In response, Mayor Michael Taylor said the city has previously flown the POW flag and the Purple Heart flag, and he said flying the pride flag is “completely different” from a city endorsement of religion, which he said is illegal.

Taylor also said Sterling Heights’ policy differs from Boston’s in the Supreme Court case.

“In that situation in Boston, the city had essentially given up that flagpole and let any private group use it,” he said. “And by ceding that public flagpole to allow any private group to use it, then yes, any private group that wanted to use it had the right to use it.

“But we’re not doing that here. We’re not allowing private groups to use the flagpole. We’re deciding as a city … what flags we’re going to fly.”

Taylor said the city values openness, a welcoming attitude, diversity, inclusion and understanding. He said it’s “unfair to say that we’re not being open, welcoming — or we’re being discriminatory against Christian people,” adding that the city hosts a periodic interfaith clergy forum, and it recently recognized Utica United Methodist Church’s 200 years of history.

The mayor added that he would consider recognizing the events or causes of local ethnic groups who live in the city, or “particularly marginalized groups,” if they sought recognition or awareness. He said recognizing diverse groups doesn’t have to detract from others’ individuality.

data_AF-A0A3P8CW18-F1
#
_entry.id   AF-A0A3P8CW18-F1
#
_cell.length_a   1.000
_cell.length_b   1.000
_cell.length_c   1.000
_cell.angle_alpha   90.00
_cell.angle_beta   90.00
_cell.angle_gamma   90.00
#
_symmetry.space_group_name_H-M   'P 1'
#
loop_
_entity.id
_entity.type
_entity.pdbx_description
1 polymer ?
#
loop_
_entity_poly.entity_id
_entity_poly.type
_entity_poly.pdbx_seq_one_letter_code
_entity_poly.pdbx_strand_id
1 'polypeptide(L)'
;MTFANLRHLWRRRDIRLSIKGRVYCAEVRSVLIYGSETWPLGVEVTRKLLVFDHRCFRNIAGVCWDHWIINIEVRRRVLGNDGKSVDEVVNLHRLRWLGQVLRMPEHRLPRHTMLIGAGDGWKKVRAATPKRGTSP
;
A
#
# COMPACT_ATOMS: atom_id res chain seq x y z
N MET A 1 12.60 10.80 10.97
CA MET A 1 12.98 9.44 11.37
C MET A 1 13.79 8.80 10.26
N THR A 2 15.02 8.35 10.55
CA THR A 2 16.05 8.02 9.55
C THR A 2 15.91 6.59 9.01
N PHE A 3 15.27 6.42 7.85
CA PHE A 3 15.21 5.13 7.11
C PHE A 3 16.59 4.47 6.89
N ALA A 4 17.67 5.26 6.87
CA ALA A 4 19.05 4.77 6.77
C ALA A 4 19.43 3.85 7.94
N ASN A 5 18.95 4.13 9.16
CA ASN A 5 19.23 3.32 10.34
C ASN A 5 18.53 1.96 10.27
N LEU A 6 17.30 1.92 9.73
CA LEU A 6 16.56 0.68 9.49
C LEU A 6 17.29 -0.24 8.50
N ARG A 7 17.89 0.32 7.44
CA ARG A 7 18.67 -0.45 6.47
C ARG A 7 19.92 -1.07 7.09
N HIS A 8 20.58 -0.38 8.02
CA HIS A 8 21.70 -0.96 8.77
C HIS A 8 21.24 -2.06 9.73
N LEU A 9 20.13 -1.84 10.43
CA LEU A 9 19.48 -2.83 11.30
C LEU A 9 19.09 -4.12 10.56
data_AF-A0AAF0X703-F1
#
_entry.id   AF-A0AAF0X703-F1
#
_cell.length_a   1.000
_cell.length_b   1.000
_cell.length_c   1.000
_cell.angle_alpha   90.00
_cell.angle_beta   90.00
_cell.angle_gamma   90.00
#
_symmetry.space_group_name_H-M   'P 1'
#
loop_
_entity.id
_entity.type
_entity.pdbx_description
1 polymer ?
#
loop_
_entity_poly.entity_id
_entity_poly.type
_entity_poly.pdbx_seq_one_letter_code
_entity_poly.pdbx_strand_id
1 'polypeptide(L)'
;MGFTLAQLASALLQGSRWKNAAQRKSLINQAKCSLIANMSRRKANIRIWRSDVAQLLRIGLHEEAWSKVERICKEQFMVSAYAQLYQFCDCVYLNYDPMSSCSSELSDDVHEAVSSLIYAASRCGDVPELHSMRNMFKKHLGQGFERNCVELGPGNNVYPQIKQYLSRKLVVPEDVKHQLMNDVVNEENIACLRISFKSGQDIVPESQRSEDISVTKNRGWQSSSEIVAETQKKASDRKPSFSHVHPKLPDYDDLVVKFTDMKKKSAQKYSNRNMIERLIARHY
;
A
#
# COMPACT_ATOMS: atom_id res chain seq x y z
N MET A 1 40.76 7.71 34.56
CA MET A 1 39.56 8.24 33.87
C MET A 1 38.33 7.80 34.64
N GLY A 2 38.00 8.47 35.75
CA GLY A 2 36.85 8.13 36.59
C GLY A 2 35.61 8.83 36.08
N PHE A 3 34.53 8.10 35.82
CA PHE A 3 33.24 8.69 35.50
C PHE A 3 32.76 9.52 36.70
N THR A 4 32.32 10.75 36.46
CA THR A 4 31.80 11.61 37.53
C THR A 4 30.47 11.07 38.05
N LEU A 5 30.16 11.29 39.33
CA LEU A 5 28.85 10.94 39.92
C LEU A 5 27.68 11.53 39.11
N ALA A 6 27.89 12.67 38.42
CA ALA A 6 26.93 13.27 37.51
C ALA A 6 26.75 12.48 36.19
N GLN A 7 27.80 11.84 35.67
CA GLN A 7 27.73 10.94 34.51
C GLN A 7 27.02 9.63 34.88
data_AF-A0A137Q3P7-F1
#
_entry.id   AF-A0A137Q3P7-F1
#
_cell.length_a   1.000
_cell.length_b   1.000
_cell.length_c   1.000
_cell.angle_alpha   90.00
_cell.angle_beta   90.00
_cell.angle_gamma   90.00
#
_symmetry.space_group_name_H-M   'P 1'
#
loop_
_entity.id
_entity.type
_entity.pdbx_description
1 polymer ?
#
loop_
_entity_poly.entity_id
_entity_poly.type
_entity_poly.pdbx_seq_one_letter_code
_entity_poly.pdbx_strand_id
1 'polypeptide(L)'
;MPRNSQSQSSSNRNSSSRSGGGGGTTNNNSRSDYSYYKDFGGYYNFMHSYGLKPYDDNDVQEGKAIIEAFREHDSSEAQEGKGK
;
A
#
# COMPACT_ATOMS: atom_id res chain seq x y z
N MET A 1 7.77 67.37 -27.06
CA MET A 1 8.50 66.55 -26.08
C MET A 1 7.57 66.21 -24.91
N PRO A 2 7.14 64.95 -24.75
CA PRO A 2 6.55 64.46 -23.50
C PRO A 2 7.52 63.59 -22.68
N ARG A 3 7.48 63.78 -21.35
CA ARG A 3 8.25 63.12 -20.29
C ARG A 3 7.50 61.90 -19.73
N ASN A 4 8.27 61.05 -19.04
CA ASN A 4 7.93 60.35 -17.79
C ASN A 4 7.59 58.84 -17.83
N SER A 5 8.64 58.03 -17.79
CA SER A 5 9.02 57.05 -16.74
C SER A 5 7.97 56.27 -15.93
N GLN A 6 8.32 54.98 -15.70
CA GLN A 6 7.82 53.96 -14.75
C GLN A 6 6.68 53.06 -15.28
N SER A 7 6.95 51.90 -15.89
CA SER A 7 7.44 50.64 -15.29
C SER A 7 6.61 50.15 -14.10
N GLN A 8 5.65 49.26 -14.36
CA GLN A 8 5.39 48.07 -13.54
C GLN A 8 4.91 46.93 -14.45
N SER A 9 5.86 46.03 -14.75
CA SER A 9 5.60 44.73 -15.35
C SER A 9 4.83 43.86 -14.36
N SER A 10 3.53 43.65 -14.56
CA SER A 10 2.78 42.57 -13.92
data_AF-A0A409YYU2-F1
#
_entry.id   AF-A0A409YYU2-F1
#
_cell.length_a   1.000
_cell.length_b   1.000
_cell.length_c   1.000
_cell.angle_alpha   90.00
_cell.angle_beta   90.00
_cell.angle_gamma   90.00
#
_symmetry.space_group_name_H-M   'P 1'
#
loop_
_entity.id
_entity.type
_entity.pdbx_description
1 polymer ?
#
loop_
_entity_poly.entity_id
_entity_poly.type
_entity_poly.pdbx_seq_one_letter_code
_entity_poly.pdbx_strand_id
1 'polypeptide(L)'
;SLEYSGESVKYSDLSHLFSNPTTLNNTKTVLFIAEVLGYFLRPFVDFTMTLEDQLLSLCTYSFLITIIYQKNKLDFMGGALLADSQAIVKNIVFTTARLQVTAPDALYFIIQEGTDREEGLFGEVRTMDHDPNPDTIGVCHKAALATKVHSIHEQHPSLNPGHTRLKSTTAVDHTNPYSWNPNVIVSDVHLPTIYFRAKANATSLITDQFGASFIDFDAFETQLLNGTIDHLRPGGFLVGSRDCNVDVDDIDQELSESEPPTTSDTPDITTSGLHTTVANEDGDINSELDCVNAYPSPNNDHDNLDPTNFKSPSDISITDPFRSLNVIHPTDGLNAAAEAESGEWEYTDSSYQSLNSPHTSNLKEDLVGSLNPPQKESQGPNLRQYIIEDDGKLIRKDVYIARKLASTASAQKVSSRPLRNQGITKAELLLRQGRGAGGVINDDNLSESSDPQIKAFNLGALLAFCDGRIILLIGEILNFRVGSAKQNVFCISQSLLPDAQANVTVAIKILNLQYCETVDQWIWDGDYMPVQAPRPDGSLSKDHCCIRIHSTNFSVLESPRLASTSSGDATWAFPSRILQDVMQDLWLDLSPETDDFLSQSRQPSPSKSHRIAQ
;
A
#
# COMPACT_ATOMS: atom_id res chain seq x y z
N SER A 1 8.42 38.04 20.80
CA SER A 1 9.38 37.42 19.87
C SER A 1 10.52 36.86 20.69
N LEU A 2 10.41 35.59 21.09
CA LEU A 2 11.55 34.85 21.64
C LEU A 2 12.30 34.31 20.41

The Sterling Heights City Council has previously addressed LGBTQ+ policies. In 2014, the council approved a nondiscrimination ordinance in terms of housing, employment and public accommodations that covered sexual orientation and gender identity. But the city repealed it months later after a petition drive from opponents succeeded in potentially putting the issue on the ballot as a referendum.

However, in 2022, the city once again passed a nondiscrimination ordinance that did the same things as the previous one.

Earlier this year, Sterling Heights announced that the Human Rights Campaign, which advocates for LGBTQ causes, significantly increased the city’s Municipality Equality Index score in recent years — from 8 out of 100 in 2019, to 91 in 2022.

The organization reportedly looked at the city’s policies and services toward the LGBTQ community. The group says on its website that its goal is to “ensure that all LGBTQ+ people, and particularly those of us who are trans, people of color and HIV+, are treated as full and equal citizens within our movement, across our country and around the world.”

The Municipality Equality Index, “examines how inclusive municipal laws, policies, and services are of LGBTQ+ people who live and work there. Cities are rated based on non-discrimination laws, the municipality as an employer, municipal services, law enforcement and leadership on LGBTQ+ equality.”

At the May 16 meeting, Taylor said “we’ve made incredible strides” compared to a decade ago.

“No one of us can take credit for that,” he said. “But I think what we’ve been doing over those last 10 years has helped make this a better community for everyone. So I’m proud of it, and I thank those who support it.”